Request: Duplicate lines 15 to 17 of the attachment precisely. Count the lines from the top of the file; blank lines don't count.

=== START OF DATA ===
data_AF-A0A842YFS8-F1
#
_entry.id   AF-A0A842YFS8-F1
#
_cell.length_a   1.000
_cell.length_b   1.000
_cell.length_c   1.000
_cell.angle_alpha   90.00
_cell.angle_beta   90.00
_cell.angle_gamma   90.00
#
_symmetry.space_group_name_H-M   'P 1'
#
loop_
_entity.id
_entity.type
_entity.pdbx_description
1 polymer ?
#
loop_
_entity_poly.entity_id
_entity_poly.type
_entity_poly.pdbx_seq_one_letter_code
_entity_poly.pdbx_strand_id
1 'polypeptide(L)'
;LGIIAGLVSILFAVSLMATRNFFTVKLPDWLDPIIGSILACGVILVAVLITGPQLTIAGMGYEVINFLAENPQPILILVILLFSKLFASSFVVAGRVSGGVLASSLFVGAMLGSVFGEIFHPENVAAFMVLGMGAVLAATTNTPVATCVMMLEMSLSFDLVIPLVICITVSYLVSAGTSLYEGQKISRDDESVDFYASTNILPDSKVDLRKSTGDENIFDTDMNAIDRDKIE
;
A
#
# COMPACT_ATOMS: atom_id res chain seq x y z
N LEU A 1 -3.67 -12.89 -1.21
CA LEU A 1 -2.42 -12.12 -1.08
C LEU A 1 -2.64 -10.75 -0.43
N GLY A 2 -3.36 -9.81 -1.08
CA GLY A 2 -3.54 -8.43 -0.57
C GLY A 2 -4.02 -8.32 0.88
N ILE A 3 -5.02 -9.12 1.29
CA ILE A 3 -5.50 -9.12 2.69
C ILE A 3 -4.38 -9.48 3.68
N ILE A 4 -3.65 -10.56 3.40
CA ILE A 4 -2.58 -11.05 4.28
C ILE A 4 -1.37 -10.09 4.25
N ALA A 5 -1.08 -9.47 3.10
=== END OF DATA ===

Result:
_entity.id
_entity.type
_entity.pdbx_description